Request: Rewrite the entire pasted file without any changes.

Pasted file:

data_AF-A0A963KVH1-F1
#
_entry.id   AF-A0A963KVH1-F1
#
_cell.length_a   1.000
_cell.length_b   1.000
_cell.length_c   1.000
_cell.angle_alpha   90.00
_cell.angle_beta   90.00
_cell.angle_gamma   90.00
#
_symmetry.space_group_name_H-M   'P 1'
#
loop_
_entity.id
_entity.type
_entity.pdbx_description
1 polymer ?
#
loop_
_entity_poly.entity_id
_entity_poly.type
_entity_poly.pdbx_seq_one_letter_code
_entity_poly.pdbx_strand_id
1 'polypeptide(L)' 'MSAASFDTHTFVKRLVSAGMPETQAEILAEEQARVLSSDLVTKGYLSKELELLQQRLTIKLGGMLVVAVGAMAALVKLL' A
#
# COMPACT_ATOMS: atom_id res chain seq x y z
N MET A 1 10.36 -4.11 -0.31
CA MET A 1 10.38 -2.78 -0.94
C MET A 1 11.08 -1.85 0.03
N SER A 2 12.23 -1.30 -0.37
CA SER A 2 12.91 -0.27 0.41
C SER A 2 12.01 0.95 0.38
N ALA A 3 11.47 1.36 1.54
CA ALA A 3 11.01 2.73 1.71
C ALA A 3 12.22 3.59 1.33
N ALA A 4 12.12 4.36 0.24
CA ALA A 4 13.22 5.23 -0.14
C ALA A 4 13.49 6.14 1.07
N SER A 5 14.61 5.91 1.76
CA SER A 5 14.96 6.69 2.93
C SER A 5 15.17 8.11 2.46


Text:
data_AF-A0A963KVH1-F1
#
_entry.id   AF-A0A963KVH1-F1
#
_cell.length_a   1.000
_cell.length_b   1.000
_cell.length_c   1.000
_cell.angle_alpha   90.00
_cell.angle_beta   90.00
_cell.angle_gamma   90.00
#
_symmetry.space_group_name_H-M   'P 1'
#
loop_
_entity.id
_entity.type
_entity.pdbx_description
1 polymer ?
#
loop_
_entity_poly.entity_id
_entity_poly.type
_entity_poly.pdbx_seq_one_letter_code
_entity_poly.pdbx_strand_id
1 'polypeptide(L)' 'MSAASFDTHTFVKRLVSAGMPETQAEILAEEQARVLSSDLVTKGYLSKELELLQQRLTIKLGGMLVVAVGAMAALVKLL' A
#
# COMPACT_ATOMS: atom_id res chain seq x y z
N MET A 1 10.36 -4.11 -0.31
CA MET A 1 10.38 -2.78 -0.94
C MET A 1 11.08 -1.85 0.03
N SER A 2 12.23 -1.30 -0.37
CA SER A 2 12.91 -0.27 0.41
C SER A 2 12.01 0.95 0.38
N ALA A 3 11.47 1.36 1.54
CA ALA A 3 11.01 2.73 1.71
C ALA A 3 12.22 3.59 1.33
N ALA A 4 12.12 4.36 0.24
CA ALA A 4 13.22 5.23 -0.14
C ALA A 4 13.49 6.14 1.07
N SER A 5 14.61 5.91 1.76
CA SER A 5 14.96 6.69 2.93
C SER A 5 15.17 8.11 2.46